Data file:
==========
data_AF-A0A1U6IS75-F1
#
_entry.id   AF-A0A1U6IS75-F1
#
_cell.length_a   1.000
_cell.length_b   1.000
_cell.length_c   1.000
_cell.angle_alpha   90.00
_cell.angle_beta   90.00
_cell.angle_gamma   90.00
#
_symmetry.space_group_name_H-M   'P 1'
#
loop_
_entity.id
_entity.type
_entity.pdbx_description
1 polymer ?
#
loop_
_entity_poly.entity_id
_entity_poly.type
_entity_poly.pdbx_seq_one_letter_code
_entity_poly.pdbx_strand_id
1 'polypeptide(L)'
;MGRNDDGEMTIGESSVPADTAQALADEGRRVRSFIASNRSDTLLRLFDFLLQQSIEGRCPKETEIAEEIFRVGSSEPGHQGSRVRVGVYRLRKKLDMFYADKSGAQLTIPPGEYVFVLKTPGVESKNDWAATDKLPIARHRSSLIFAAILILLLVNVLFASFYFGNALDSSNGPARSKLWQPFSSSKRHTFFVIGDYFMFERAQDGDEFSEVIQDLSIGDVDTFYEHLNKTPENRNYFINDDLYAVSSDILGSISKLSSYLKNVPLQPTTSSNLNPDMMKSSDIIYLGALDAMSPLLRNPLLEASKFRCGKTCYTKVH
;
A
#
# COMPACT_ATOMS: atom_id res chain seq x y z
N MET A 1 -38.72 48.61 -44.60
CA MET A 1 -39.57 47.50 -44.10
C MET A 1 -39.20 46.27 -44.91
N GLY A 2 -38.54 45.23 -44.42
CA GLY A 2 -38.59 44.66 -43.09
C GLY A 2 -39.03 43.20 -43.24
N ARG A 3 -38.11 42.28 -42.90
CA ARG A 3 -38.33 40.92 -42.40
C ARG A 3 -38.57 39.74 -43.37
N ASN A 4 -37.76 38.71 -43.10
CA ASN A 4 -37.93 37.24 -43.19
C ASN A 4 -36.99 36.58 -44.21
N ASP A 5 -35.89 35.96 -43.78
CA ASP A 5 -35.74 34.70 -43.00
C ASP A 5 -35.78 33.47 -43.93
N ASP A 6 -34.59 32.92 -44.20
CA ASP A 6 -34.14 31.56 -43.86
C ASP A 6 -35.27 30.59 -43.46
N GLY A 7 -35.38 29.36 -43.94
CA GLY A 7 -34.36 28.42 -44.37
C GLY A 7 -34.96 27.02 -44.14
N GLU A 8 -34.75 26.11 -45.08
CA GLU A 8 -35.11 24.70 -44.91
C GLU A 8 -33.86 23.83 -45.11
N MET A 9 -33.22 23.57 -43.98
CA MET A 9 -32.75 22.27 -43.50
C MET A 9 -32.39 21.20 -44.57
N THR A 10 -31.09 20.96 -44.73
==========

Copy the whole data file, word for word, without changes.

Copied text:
data_AF-A0A1U6IS75-F1
#
_entry.id   AF-A0A1U6IS75-F1
#
_cell.length_a   1.000
_cell.length_b   1.000
_cell.length_c   1.000
_cell.angle_alpha   90.00
_cell.angle_beta   90.00
_cell.angle_gamma   90.00
#
_symmetry.space_group_name_H-M   'P 1'
#
loop_
_entity.id
_entity.type
_entity.pdbx_description
1 polymer ?
#
loop_
_entity_poly.entity_id
_entity_poly.type
_entity_poly.pdbx_seq_one_letter_code
_entity_poly.pdbx_strand_id
1 'polypeptide(L)'
;MGRNDDGEMTIGESSVPADTAQALADEGRRVRSFIASNRSDTLLRLFDFLLQQSIEGRCPKETEIAEEIFRVGSSEPGHQGSRVRVGVYRLRKKLDMFYADKSGAQLTIPPGEYVFVLKTPGVESKNDWAATDKLPIARHRSSLIFAAILILLLVNVLFASFYFGNALDSSNGPARSKLWQPFSSSKRHTFFVIGDYFMFERAQDGDEFSEVIQDLSIGDVDTFYEHLNKTPENRNYFINDDLYAVSSDILGSISKLSSYLKNVPLQPTTSSNLNPDMMKSSDIIYLGALDAMSPLLRNPLLEASKFRCGKTCYTKVH
;
A
#
# COMPACT_ATOMS: atom_id res chain seq x y z
N MET A 1 -38.72 48.61 -44.60
CA MET A 1 -39.57 47.50 -44.10
C MET A 1 -39.20 46.27 -44.91
N GLY A 2 -38.54 45.23 -44.42
CA GLY A 2 -38.59 44.66 -43.09
C GLY A 2 -39.03 43.20 -43.24
N ARG A 3 -38.11 42.28 -42.90
CA ARG A 3 -38.33 40.92 -42.40
C ARG A 3 -38.57 39.74 -43.37
N ASN A 4 -37.76 38.71 -43.10
CA ASN A 4 -37.93 37.24 -43.19
C ASN A 4 -36.99 36.58 -44.21
N ASP A 5 -35.89 35.96 -43.78
CA ASP A 5 -35.74 34.70 -43.00
C ASP A 5 -35.78 33.47 -43.93
N ASP A 6 -34.59 32.92 -44.20
CA ASP A 6 -34.14 31.56 -43.86
C ASP A 6 -35.27 30.59 -43.46
N GLY A 7 -35.38 29.36 -43.94
CA GLY A 7 -34.36 28.42 -44.37
C GLY A 7 -34.96 27.02 -44.14
N GLU A 8 -34.75 26.11 -45.08
CA GLU A 8 -35.11 24.70 -44.91
C GLU A 8 -33.86 23.83 -45.11
N MET A 9 -33.22 23.57 -43.98
CA MET A 9 -32.75 22.27 -43.50
C MET A 9 -32.39 21.20 -44.57
N THR A 10 -31.09 20.96 -44.73